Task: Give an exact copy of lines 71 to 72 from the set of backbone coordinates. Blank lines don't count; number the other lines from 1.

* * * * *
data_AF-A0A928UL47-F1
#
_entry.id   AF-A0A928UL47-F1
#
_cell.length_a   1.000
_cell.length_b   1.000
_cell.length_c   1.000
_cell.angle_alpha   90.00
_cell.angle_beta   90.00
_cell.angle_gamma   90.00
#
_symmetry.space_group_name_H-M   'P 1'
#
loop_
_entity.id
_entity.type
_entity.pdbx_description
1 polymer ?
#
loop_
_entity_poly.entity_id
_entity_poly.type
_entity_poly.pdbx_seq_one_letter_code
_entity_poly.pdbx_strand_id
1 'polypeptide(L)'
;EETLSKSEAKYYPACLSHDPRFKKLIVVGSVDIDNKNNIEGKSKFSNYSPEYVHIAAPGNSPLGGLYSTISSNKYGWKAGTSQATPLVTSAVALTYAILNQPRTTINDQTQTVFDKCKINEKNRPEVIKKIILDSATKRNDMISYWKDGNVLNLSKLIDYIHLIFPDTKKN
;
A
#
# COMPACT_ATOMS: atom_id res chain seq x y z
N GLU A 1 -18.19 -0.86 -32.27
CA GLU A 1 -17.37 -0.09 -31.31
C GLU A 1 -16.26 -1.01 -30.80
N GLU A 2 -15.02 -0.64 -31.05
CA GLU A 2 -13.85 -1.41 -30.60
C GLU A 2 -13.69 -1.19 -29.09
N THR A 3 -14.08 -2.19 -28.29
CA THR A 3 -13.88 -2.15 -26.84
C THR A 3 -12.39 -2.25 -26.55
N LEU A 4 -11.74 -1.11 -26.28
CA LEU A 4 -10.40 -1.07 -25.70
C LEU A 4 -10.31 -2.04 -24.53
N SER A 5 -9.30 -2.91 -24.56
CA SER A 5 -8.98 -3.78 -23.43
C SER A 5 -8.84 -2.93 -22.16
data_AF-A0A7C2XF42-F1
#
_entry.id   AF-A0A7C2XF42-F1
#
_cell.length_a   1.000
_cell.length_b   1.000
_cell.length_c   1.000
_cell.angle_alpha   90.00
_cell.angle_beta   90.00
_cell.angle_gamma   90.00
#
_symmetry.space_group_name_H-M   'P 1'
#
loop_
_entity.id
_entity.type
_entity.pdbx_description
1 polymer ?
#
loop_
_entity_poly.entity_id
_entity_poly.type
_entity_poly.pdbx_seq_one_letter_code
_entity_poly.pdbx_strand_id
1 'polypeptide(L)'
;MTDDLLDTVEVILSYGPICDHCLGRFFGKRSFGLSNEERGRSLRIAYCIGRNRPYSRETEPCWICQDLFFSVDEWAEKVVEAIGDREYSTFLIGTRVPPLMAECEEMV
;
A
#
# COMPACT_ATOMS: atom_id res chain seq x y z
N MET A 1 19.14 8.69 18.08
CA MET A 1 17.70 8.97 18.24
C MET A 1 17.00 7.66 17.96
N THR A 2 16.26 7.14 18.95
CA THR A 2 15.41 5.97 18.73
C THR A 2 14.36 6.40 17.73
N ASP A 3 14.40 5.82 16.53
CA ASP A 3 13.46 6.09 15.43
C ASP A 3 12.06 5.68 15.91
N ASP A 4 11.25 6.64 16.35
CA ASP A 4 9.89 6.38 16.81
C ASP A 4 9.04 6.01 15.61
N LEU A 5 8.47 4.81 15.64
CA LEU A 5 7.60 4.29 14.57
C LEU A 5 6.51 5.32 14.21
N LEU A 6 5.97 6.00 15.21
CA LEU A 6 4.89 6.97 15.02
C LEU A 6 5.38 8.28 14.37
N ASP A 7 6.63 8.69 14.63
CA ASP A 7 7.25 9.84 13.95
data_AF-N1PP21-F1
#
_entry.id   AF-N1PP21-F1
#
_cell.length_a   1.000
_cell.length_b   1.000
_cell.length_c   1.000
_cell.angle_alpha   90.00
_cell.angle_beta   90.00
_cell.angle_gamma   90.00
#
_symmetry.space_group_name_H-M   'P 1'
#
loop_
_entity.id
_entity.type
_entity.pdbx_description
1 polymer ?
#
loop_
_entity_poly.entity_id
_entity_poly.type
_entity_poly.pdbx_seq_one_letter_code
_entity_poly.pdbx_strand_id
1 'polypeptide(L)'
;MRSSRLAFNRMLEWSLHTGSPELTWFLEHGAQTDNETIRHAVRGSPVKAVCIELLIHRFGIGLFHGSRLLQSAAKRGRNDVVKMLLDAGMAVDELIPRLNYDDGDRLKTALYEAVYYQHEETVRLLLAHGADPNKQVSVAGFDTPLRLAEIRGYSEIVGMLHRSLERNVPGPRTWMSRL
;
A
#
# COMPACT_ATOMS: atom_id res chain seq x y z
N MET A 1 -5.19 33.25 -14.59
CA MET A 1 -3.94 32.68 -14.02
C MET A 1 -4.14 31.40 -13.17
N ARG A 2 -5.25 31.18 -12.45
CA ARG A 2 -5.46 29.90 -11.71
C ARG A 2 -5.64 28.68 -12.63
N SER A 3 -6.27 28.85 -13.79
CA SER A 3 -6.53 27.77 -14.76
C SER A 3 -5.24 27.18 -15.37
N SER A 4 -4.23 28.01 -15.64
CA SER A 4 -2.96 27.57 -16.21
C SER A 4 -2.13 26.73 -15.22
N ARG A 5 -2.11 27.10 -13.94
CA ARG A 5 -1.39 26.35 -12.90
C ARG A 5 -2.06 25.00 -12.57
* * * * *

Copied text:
;MTDDLLDTVEVILSYGPICDHCLGRFFGKRSFGLSNEERGRSLRIAYCIGRNRPYSRETEPCWICQDLFFSVDEWAEKVVEAIGDREYSTFLIGTRVPPLMAECEEMV
;